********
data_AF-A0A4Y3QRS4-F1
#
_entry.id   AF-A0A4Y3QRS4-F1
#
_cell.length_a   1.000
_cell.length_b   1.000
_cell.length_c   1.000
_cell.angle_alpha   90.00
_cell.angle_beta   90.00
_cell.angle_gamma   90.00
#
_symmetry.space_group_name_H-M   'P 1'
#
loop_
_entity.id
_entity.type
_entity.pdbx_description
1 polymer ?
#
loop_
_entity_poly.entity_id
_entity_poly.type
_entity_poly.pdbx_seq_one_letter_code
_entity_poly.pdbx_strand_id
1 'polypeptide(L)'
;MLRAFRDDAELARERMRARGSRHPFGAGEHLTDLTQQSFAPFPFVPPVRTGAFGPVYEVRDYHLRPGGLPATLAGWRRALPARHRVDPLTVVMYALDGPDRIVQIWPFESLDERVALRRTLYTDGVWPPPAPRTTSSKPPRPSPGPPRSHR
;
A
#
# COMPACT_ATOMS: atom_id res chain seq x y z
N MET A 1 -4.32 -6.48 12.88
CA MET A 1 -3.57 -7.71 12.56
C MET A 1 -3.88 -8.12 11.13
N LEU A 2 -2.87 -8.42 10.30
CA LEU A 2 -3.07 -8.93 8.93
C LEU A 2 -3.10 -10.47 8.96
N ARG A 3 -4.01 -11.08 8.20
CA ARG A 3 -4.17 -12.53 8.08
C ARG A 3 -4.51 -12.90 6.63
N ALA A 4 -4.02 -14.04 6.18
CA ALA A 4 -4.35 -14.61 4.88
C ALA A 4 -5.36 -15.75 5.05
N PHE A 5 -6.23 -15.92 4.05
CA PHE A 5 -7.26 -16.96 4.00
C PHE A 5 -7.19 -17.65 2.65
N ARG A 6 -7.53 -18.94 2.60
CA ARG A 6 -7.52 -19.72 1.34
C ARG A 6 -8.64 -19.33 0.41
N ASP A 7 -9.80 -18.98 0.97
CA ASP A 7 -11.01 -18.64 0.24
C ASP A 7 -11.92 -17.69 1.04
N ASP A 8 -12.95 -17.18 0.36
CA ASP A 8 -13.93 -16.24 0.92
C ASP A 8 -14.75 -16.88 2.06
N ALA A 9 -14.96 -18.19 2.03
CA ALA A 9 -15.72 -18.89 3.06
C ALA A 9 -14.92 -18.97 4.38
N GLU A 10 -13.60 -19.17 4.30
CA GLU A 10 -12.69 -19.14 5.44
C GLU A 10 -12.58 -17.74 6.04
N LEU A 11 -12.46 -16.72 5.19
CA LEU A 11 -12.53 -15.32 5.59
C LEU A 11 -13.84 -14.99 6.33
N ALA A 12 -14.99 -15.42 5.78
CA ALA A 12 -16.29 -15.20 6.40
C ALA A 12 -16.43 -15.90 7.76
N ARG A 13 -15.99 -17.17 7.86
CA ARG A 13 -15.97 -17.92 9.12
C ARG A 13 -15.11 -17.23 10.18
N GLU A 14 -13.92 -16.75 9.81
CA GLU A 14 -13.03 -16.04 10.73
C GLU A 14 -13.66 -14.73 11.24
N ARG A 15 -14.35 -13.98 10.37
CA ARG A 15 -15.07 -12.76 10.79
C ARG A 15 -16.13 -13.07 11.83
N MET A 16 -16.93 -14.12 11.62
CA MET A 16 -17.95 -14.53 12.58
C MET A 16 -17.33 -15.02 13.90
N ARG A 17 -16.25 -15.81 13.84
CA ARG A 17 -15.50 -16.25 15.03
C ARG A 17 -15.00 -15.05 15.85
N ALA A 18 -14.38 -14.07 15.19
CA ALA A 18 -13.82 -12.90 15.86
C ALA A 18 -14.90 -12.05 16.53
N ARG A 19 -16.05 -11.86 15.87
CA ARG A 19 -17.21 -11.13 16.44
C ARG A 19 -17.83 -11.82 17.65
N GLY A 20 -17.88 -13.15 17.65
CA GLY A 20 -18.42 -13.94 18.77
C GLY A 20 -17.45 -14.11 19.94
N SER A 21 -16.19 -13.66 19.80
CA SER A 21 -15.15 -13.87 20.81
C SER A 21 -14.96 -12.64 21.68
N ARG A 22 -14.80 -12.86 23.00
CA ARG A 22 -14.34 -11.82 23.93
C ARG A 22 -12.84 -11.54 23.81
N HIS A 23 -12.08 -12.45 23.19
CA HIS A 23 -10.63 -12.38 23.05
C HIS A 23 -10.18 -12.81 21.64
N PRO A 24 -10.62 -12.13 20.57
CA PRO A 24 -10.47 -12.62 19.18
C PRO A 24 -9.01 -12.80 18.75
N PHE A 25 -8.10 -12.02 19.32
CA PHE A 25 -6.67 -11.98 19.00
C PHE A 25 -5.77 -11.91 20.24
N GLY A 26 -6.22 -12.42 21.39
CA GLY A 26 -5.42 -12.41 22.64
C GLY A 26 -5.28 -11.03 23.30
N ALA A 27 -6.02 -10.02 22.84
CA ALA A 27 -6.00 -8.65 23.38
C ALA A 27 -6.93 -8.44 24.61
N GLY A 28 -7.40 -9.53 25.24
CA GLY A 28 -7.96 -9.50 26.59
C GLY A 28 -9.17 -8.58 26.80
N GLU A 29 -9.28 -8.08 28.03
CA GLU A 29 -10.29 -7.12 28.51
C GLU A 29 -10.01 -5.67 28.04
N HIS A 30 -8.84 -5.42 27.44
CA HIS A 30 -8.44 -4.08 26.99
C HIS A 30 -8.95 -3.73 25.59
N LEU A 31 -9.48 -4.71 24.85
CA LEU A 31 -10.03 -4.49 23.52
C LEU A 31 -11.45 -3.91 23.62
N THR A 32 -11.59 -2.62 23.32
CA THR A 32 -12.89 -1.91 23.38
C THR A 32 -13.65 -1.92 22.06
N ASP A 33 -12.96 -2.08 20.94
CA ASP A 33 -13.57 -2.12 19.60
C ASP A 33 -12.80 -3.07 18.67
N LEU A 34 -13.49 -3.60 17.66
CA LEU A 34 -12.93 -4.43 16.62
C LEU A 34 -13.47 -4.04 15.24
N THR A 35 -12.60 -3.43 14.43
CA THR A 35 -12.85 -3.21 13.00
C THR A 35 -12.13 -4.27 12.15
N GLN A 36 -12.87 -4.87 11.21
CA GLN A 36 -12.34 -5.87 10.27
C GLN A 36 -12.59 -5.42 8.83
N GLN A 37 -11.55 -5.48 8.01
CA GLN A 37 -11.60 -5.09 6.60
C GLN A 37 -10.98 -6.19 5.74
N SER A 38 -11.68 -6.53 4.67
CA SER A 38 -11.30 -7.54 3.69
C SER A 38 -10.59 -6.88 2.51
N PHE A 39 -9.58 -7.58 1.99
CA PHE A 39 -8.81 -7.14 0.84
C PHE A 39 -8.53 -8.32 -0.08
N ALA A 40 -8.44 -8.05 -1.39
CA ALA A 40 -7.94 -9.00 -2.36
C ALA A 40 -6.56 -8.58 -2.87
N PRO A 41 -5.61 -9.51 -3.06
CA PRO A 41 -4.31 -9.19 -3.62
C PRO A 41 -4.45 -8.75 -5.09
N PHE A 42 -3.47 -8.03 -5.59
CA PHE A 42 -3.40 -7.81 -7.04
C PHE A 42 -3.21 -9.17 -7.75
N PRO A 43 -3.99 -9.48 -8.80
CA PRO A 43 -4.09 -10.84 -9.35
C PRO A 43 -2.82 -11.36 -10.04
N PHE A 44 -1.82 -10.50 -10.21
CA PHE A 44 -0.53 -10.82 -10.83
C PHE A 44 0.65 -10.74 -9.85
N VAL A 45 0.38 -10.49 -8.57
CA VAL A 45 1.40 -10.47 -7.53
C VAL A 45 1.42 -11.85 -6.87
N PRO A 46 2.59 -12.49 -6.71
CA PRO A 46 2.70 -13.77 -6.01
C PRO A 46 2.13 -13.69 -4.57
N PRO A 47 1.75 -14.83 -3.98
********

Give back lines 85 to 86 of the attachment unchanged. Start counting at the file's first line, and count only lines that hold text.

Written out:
N ARG A 19 -16.05 -11.86 15.87
CA ARG A 19 -17.21 -11.13 16.44